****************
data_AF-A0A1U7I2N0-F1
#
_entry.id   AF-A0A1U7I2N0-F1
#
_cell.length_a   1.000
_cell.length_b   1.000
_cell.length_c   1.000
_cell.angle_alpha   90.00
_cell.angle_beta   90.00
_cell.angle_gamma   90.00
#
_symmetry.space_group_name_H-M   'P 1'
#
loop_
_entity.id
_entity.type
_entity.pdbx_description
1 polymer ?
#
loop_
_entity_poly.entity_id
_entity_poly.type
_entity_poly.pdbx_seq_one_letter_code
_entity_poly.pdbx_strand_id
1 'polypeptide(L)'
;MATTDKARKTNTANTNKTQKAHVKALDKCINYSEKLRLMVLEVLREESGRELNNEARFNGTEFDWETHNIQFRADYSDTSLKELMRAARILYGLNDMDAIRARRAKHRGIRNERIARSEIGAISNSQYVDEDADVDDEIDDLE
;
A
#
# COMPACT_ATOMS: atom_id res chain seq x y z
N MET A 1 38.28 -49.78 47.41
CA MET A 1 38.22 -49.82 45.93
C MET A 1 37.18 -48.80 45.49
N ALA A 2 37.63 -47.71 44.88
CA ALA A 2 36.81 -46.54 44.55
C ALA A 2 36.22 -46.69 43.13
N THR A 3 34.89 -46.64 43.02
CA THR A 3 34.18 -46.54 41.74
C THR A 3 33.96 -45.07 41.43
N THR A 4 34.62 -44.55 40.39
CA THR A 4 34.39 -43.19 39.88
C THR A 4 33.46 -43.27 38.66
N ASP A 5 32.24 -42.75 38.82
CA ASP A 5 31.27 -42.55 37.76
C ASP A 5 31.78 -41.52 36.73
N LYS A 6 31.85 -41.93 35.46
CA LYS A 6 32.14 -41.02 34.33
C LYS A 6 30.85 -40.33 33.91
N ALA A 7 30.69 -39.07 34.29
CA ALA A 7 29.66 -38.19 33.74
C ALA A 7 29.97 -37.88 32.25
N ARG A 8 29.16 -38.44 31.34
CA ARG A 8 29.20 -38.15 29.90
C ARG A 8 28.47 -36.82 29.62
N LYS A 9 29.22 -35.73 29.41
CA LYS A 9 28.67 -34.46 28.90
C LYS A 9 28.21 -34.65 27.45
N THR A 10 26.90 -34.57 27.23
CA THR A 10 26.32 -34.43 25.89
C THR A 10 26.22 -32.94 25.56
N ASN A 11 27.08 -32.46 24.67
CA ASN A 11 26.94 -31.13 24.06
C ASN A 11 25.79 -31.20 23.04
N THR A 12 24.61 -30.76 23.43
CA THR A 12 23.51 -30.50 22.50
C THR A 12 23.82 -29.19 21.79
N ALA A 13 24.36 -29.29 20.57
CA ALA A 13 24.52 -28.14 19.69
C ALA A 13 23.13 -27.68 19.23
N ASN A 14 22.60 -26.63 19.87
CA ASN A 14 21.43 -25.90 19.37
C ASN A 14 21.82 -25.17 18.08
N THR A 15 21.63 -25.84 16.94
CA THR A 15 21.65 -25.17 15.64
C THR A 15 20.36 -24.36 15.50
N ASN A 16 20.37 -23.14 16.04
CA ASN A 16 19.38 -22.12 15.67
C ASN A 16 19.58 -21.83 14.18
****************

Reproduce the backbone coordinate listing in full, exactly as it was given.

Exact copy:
data_AF-A0A1U7I2N0-F1
#
_entry.id   AF-A0A1U7I2N0-F1
#
_cell.length_a   1.000
_cell.length_b   1.000
_cell.length_c   1.000
_cell.angle_alpha   90.00
_cell.angle_beta   90.00
_cell.angle_gamma   90.00
#
_symmetry.space_group_name_H-M   'P 1'
#
loop_
_entity.id
_entity.type
_entity.pdbx_description
1 polymer ?
#
loop_
_entity_poly.entity_id
_entity_poly.type
_entity_poly.pdbx_seq_one_letter_code
_entity_poly.pdbx_strand_id
1 'polypeptide(L)'
;MATTDKARKTNTANTNKTQKAHVKALDKCINYSEKLRLMVLEVLREESGRELNNEARFNGTEFDWETHNIQFRADYSDTSLKELMRAARILYGLNDMDAIRARRAKHRGIRNERIARSEIGAISNSQYVDEDADVDDEIDDLE
;
A
#
# COMPACT_ATOMS: atom_id res chain seq x y z
N MET A 1 38.28 -49.78 47.41
CA MET A 1 38.22 -49.82 45.93
C MET A 1 37.18 -48.80 45.49
N ALA A 2 37.63 -47.71 44.88
CA ALA A 2 36.81 -46.54 44.55
C ALA A 2 36.22 -46.69 43.13
N THR A 3 34.89 -46.64 43.02
CA THR A 3 34.18 -46.54 41.74
C THR A 3 33.96 -45.07 41.43
N THR A 4 34.62 -44.55 40.39
CA THR A 4 34.39 -43.19 39.88
C THR A 4 33.46 -43.27 38.66
N ASP A 5 32.24 -42.75 38.82
CA ASP A 5 31.27 -42.55 37.76
C ASP A 5 31.78 -41.52 36.73
N LYS A 6 31.85 -41.93 35.46
CA LYS A 6 32.14 -41.02 34.33
C LYS A 6 30.85 -40.33 33.91
N ALA A 7 30.69 -39.07 34.29
CA ALA A 7 29.66 -38.19 33.74
C ALA A 7 29.97 -37.88 32.25
N ARG A 8 29.16 -38.44 31.34
CA ARG A 8 29.20 -38.15 29.90
C ARG A 8 28.47 -36.82 29.62
N LYS A 9 29.22 -35.73 29.41
CA LYS A 9 28.67 -34.46 28.90
C LYS A 9 28.21 -34.65 27.45
N THR A 10 26.90 -34.57 27.23
CA THR A 10 26.32 -34.43 25.89
C THR A 10 26.22 -32.94 25.56
N ASN A 11 27.08 -32.46 24.67
CA ASN A 11 26.94 -31.13 24.06
C ASN A 11 25.79 -31.20 23.04
N THR A 12 24.61 -30.76 23.43
CA THR A 12 23.51 -30.50 22.50
C THR A 12 23.82 -29.19 21.79
N ALA A 13 24.36 -29.29 20.57
CA ALA A 13 24.52 -28.14 19.69
C ALA A 13 23.13 -27.68 19.23
N ASN A 14 22.60 -26.63 19.87
CA ASN A 14 21.43 -25.90 19.37
C ASN A 14 21.82 -25.17 18.08
N THR A 15 21.63 -25.84 16.94
CA THR A 15 21.65 -25.17 15.64
C THR A 15 20.36 -24.36 15.50
N ASN A 16 20.37 -23.14 16.04
CA ASN A 16 19.38 -22.12 15.67
C ASN A 16 19.58 -21.83 14.18